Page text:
The Facebook Fool

Posted on October 25, 2011. Filed under: Culture |


Mr. T

Image by pvera via Flickr

I believe there are certain things Christians should avoid doing on Facebook. There’s the obvious stuff like swearing on a status change or posting scandalous photos. I happen to believe we should also avoid tacky photos that were specifically taken for posting on Facebook – are we supposed to believe someone slightly shorter than you happened to take a photo from the right?

But what about engaging in those often heated, and sometimes pointless, debates? We’ve all been there: someone posts an irrational comment about politics, religion, sports teams or the latest ‘insight’ from Hollywood and we are drawn in to a heated exchange. We end up losing respect for that person or they lose respect for us. Are the Facebook arguments worth it?

“Don’t have anything to do with foolish and stupid arguments, because you know they produce quarrels. And the Lord’s servant must not be quarrelsome but must be kind to everyone, able to teach, not resentful. Opponents must be gently instructed, in the hope that God will grant them repentance leading them to a knowledge of the truth…” (2 Tim 2:23-25).

It doesn’t seem to me we should avoid all arguments, because the truth is not even your spouse is going to agree with you 100% of the time. Differences of opinion are going to arise, especially when you are trying to bring someone to Christ. But when we are drawn into those debates, we have to remember the point is to teach the other person, not prove them wrong or something I tend to do, prove myself right.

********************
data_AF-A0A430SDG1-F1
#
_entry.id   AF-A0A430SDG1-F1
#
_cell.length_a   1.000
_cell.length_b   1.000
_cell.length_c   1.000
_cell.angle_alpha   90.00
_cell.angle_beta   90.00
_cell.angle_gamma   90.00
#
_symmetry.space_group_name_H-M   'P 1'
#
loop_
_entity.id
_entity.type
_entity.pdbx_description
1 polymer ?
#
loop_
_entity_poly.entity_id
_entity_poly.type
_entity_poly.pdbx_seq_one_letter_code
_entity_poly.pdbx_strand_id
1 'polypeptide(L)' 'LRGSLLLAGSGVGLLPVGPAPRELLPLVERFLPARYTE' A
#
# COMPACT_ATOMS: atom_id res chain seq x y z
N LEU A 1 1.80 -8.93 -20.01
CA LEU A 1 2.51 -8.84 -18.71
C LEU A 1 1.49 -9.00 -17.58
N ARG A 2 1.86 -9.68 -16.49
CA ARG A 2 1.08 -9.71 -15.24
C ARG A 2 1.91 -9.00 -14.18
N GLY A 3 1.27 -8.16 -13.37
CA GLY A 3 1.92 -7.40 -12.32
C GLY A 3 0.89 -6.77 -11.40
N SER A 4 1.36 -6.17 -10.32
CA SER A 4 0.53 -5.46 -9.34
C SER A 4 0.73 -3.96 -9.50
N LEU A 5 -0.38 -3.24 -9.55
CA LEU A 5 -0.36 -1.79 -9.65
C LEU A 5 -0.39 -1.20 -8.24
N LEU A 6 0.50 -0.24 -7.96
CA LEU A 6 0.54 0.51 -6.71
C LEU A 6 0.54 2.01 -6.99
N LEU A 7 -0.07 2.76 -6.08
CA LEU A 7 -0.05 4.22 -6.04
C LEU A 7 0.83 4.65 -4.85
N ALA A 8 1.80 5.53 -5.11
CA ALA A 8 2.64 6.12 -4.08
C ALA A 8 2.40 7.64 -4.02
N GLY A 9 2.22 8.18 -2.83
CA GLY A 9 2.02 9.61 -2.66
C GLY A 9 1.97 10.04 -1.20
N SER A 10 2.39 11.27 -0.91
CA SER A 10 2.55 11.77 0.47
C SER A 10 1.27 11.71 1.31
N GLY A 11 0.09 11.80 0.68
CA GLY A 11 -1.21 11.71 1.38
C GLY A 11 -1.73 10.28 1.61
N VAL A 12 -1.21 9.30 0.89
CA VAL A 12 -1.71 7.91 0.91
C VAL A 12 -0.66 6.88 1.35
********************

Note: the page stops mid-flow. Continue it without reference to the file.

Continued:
Also noteworthy here is that bringing someone to truth, whether its a truth with a little “t” or the big one, isn’t about us. That’s something between the opponent and God.  Only God can draw a person to Him and God is certainly the only one to make them realize Batman is better than Superman.

So, we don’t have to avoid the all debates, just the “foolish and stupid” ones – mmkay. So, which ones are those? I believe that depends on whom we are arguing with.

“A fool finds no pleasure in understanding but delights in airing his own opinions” (Prov 18:2). “ To answer before listening – that is folly and shame” (Prov 18:13).  “Listen to advice and accept instruction, and in the end you will be wise (Prov 19:20).  Solomon has a whole lot to say about the wise and the foolish, but much of it centers around hearing advice, seeking knowledge…and avoiding too much honey but that’s for another day. 
A foolish and stupid argument is one in which your audience doesn’t really care to hear your opinions and just wants to voice their own. These generally play out like high-school fights where the drama that ensues is bigger than the point you were trying to make. Likewise, the debates with those who actually care to hear your thoughts and where you are interested in listening to theirs are the ones worthwhile, even if there isn’t agreement in the end (remember, that’s God’s job).

So go on and post or comment about universal health care, gay marriage, or how the latest Facebook format has ruined your day. Just don’t turn into someone that Mr. T would pity.

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One Response to “The Facebook Fool”

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Like the Mr. T reference – very creative.


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